Kenyan runners were in scintillating form at the 2018 IAAF U20 Championships in Tampere, Finland. Kenya finished atop the meda; standings with six gold medals.
Men’s 800m: Lekuta and Kipngetich go 1-2
Kenyan men have been dominating the 800m metres in the 2018 Diamond League. The Junior men followed suit at the IAAF U20 championships, thoroughly devastating the rest of the field and underlining Kenya’s dominance in this event.
Men’s 1500m: Manangoi wins with a strong finish
George Manangoi, the younger brother to world championship silver medalist, Elijah Manangoi won the men’s 1500m with a strong finish. Ethiopian Samuel Tefera, who is world indoor champion and who also won the world U18 championships in Nairobi last year, was the hot favourite. With 300m to go, it looked like Tefera was going to run away with it. That was before Justus Soget of Kenya made his move with 250m to go. Soget has a superb personal best of 3:32.X and was Kenya’s main hope. However he too started to fade down the stretch. At the same time Manangoi who had looked out of sorts in the back straight, made his move and won with a strong finish. The highly touted Norwegian, Jakob Ingebrigtsen finished second, thus living up to his billing
|1||458||George Meitamei Manangoi||KEN||3:41.71|
|12||498||Robin van Riel||NED||3:48.65|
Chebet ends Ethiopian dominance.
Ethiopian women have dominated this event, winning it the last 5 times, often going 1-2 with Kenya typically settling for the bronze medal. However Beatrice Chebet seemed determined to break this mold. The leading pack of two Kenyans, two Ethiopians and a Ugandan stayed together until 300 metres were left when the pack was broken leaving Chebet and Ejgayehu Taye of Ethiopia to battle for gold. Taye led until 150m were left when Chebet made her move. But Taye would not easily give up the gold battling Chebet all the way to the end. All three medalists ran personal bests.
It was a coming out party for Chebet whose performance in international competitions had not been impressive this far. She finished 4th in the IAAF World U18 championships held in Nairobi and 10th in the African cross country championships.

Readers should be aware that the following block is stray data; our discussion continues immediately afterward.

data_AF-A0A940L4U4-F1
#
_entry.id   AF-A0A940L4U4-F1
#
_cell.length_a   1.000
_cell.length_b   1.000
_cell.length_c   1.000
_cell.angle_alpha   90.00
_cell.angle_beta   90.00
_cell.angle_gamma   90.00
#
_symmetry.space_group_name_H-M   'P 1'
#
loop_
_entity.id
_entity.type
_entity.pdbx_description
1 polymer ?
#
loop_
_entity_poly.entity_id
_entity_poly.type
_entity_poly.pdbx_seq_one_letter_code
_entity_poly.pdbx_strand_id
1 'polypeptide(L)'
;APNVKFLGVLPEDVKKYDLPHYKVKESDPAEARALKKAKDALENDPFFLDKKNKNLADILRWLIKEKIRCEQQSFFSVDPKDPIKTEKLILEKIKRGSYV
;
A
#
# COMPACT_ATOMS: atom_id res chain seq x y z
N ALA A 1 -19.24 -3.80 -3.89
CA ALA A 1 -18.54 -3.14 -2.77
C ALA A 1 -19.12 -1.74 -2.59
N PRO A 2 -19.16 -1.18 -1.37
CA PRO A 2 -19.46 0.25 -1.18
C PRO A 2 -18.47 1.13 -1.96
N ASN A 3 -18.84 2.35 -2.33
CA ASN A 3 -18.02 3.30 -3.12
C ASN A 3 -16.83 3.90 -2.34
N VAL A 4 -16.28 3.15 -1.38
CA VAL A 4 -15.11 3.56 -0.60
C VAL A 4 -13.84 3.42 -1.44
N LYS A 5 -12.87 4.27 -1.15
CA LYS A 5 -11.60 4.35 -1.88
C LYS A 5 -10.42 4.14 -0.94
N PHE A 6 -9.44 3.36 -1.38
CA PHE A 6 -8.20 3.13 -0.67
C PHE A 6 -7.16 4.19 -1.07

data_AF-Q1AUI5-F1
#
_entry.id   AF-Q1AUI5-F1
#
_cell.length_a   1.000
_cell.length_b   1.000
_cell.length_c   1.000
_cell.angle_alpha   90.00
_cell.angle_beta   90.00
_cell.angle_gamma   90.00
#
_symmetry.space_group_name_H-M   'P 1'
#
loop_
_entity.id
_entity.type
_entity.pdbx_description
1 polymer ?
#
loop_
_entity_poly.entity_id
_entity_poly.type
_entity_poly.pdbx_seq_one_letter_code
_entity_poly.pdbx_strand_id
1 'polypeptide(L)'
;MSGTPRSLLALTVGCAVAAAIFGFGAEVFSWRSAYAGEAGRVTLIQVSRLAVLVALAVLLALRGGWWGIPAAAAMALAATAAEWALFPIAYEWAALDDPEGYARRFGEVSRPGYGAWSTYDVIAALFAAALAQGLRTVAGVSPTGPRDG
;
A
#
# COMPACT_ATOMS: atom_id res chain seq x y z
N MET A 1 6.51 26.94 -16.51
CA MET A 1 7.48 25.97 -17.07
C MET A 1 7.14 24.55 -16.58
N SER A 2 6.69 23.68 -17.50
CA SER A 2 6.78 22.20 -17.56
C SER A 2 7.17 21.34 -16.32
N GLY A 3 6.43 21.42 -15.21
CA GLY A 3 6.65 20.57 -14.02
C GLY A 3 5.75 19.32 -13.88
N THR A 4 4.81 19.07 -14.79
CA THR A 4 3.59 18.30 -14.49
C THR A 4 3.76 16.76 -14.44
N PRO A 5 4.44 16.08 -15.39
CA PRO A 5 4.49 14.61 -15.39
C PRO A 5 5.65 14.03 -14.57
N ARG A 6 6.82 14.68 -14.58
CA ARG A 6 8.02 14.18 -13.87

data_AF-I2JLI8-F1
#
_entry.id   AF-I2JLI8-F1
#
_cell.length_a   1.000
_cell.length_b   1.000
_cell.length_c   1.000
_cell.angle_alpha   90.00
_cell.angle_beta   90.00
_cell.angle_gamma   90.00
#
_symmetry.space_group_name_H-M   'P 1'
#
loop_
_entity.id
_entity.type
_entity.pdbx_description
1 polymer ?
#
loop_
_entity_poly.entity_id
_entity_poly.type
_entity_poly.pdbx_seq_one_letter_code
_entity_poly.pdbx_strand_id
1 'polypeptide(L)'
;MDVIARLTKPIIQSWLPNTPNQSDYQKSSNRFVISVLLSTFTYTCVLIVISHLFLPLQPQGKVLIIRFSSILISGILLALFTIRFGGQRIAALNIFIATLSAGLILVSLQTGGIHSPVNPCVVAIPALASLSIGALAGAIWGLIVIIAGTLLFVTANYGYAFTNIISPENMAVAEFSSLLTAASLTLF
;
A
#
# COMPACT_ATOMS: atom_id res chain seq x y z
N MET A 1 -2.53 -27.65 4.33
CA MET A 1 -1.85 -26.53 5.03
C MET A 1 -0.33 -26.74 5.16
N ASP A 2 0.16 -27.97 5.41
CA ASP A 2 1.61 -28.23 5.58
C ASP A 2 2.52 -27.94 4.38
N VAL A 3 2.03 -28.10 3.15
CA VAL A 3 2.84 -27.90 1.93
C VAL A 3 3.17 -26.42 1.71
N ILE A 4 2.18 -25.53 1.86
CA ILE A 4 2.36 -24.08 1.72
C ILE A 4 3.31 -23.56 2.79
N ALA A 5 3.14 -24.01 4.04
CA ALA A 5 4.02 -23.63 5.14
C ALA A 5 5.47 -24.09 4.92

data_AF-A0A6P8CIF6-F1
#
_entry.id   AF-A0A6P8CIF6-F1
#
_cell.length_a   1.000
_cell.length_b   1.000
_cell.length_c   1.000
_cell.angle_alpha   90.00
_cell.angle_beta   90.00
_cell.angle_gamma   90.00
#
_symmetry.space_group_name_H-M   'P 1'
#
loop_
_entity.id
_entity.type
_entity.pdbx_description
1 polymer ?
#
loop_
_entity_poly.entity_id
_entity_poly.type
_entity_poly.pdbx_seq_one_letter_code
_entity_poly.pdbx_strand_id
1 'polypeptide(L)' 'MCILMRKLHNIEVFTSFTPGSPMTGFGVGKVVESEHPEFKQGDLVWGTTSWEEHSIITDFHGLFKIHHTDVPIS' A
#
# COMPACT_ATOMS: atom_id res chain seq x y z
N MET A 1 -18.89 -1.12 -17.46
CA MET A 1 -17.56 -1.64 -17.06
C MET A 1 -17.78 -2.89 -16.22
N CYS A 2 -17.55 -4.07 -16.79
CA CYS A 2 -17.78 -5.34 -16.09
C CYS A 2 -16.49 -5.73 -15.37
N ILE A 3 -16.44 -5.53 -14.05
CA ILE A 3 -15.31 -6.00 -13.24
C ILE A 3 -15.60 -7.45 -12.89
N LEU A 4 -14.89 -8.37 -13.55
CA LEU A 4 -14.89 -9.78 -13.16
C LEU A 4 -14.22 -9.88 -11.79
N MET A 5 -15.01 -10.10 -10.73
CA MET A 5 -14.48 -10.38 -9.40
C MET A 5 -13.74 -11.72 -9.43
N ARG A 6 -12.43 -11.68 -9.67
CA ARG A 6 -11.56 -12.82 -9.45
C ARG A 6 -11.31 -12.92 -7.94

|1||1800||Beatrice Chebet||KEN||15:30.77 P|
|5||1807||Hellen Ekarare Lobun||KEN||15:45.07|
|7||1795||Tomomi Musembi Takamatsu||JPN||15:55.74|
3000m Steeplechase: Redemption for Chespol
Earlier this year, Cellphine Chespol was the hot favourite to win the gold medal at the Commonwealth games. However she and her team-mates must have under-rated the Jamaican Aisha Praught. The Jamaican ended up shocking the Kenyans by winning gold.
This time Chespol made no such mistakes. She was under no illusions because it was a strong field that included other Diamond League regulars like Kenyan born Bahraini Winfried Mutile Yavi and Ugandan Peruth Chemutai.
It was the Ugandan who led for most of the race with Chespol following close by to cover all her moves. Chespol finally made her move surging to the front with three laps to run and cranking the pace up further as she clicked through 2000m in 6:15.04.
|1||1803||Celliphine Chepteek Chespol||KEN||9:12.78 CR|
|3||1557||Winfred Mutile Yavi||BRN||9:23.47|
|5||1642||Agrie Belachew||ETH||9:44.79 SB|
|6||1654||Ethlemahu Sintayehu||ETH||9:50.96 PB|
|7||1952||Alice Hill||USA||9:57.04 PB|
|8||1709||Lisa Oed||GER||9:57.45 PB|
5000m: A measure of revenge for Zakayo Pingua
Coming into this race, Solomon Barega was the firm favourite, He had beaten the Kenyan duo if Zakayo and Waithaka at the IAAF U18 championships in Nairobi. Also in the race was highly rated Norwegian Jakob Ingebrigtsen who had already won a silver medal in the 1500m. Then there was the Ugandan Jacob Kiplimo who won the bronze medal in this same event in 2016 and won the junior race at the 2017 world cross country championships.
Barega was leading at the bell before Withaka made his move followed by Ingebrigtsen . Zakayo appeared out of the race at the back straight. But he turned on the jets with 50 metres to go and went from 4th place to 1st place.
|1||464||Edward Zakayo Pingua||KEN||13:20.16|
|2||463||Stanley Waithaka Mburu||KEN||13:20.57|
|3||503||Jakob Ingebrigtsen||NOR||13:20.78 AU20R|
|5||259||Telahun Haile Bekele||ETH||13:23.24|
|11||502||Simen Halle Haugen||NOR||14:25.37|
|12||234||Aarón Las Heras||ESP||14:30.09|
|14||545||Adrian Garcea||ROU||14:33.21 PB|
|15||218||Idleh Aden||DJI||14:33.35 PB|
10,000m: Rhonex Kipruto in a class of his own
Rhonex Kiprono had no challengers in this race. He ran most of the second half of the race on his own. In the process he ended up finishing 19 seconds ahead of his closest competitor. He clocked 13:23.86 for the final 5000m which is an impressive time. In fact would have powered him to victory in all but four of the 16 previous 5000m title races contested at these championships. He also set a new personal best by 29 seconds and broke the previous championship record by almost 5 seconds.
|4||452||Solomon Kiplimo Boit||KEN||27:57.44|
|14||202||Walter Alfonso Martín López||COL||30:46.37|
Other Kenyan performances
In the women’s 400m, Mary Moraa won her opening heat in a personal best of 52.85. In the semi-finals, she finished second in 52.98 which enabled her to reach the finals. In the final, she clocked 52.98 to finish in 5th position. It was a creditable performance in an event that Kenyan women rarely participate in. Moraa has a bright future and a strong candidate to win gold at the next All Africa games.
Other Kenyan medalists were Miriam Cherop who won silver in the women’s 1500m. Leonard Bett won the silver medal in the men’s 3000m steeplechase.
Final Medal Table
|5||GREAT BRITAIN & N.I.||3||1||3||7|
|13||PR OF CHINA||1||1||0||2|
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